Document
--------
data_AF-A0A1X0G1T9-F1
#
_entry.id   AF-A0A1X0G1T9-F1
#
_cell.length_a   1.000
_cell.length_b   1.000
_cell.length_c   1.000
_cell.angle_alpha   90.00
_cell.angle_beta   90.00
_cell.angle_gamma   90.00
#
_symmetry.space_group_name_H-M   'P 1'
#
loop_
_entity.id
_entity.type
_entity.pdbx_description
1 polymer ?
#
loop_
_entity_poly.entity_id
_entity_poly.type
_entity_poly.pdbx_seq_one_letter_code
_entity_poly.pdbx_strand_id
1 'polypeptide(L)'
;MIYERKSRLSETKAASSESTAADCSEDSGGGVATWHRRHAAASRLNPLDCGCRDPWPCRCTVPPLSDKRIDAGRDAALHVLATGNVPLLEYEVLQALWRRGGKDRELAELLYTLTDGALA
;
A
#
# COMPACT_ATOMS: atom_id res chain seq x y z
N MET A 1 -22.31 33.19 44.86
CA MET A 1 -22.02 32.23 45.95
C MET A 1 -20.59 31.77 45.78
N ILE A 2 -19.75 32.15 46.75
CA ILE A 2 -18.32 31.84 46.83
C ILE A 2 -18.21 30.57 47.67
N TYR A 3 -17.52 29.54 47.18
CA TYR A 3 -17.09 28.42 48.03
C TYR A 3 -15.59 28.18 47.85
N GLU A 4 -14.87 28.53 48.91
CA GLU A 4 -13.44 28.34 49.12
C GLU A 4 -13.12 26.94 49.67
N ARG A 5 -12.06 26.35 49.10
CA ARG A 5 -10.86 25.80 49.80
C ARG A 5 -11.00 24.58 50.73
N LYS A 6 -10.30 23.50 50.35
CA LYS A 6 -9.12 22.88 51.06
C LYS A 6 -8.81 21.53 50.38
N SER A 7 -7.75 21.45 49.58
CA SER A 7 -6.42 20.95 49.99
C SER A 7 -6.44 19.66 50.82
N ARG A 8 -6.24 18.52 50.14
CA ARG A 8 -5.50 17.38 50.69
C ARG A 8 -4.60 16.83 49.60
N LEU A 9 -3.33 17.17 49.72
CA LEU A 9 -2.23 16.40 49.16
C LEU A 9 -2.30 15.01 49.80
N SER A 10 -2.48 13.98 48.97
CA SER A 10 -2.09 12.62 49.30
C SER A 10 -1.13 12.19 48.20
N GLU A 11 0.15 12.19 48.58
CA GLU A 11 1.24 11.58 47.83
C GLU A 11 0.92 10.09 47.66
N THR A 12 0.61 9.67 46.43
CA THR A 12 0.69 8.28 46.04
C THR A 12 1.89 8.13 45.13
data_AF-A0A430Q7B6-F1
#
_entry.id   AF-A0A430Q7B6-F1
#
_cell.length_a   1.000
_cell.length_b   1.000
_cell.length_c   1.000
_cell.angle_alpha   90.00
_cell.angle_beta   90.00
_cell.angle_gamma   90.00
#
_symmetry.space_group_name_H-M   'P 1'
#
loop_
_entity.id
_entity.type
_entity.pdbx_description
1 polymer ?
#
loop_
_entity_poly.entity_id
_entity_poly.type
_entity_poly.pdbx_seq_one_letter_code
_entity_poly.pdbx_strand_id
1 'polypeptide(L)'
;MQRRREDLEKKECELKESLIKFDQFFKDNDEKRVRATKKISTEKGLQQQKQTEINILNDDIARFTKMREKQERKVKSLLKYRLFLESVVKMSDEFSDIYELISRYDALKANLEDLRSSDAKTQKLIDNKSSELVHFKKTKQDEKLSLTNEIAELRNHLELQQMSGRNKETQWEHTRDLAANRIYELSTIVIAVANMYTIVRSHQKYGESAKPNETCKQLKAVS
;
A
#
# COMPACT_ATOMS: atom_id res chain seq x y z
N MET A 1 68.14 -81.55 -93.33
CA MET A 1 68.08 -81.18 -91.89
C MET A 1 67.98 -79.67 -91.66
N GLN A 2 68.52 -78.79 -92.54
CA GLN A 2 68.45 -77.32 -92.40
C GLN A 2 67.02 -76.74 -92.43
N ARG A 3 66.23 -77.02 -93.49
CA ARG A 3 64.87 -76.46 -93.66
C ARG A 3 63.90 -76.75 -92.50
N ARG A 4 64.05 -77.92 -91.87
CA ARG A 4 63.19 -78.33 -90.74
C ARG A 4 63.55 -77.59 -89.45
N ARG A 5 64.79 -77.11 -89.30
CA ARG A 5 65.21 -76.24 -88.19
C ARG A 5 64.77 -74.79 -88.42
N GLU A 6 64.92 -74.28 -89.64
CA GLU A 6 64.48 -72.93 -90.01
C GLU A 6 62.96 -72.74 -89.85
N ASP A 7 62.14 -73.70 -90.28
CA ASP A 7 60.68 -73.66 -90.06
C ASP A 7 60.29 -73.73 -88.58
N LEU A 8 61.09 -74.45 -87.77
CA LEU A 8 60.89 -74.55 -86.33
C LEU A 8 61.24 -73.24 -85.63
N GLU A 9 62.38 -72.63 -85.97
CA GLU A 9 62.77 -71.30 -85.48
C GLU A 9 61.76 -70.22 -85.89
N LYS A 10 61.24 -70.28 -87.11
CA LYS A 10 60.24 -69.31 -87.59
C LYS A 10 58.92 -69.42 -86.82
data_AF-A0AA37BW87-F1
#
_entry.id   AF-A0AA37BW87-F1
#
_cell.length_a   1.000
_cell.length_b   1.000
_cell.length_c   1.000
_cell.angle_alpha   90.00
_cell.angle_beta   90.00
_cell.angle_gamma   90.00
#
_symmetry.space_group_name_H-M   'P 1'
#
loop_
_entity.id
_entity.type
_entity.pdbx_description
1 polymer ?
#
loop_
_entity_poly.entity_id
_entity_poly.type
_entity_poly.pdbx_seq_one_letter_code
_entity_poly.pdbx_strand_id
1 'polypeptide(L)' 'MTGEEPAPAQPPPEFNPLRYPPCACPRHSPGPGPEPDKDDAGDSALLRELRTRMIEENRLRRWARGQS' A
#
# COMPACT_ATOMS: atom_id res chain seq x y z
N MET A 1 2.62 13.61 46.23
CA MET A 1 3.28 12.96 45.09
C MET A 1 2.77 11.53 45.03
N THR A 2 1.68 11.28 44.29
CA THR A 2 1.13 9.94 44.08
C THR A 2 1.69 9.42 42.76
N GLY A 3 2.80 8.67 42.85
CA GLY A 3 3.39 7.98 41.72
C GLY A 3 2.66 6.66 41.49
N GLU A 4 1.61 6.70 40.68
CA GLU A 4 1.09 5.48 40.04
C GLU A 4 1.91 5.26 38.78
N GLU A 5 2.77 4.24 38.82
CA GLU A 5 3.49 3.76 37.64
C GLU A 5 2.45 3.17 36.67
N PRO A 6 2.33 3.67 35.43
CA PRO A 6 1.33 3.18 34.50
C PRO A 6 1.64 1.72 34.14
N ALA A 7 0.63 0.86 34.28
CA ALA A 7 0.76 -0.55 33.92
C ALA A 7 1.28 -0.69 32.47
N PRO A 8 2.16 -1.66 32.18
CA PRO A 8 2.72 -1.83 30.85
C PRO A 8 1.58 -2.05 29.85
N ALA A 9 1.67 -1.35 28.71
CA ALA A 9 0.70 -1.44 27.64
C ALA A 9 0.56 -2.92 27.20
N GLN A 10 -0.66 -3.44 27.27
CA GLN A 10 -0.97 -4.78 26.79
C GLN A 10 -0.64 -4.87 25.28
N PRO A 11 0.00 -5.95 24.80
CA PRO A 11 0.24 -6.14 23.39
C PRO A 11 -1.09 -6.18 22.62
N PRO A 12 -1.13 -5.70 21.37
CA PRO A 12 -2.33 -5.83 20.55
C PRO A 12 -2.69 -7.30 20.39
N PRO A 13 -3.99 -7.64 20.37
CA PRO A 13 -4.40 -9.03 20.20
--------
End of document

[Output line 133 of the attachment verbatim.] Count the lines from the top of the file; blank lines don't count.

_cell.length_c   1.000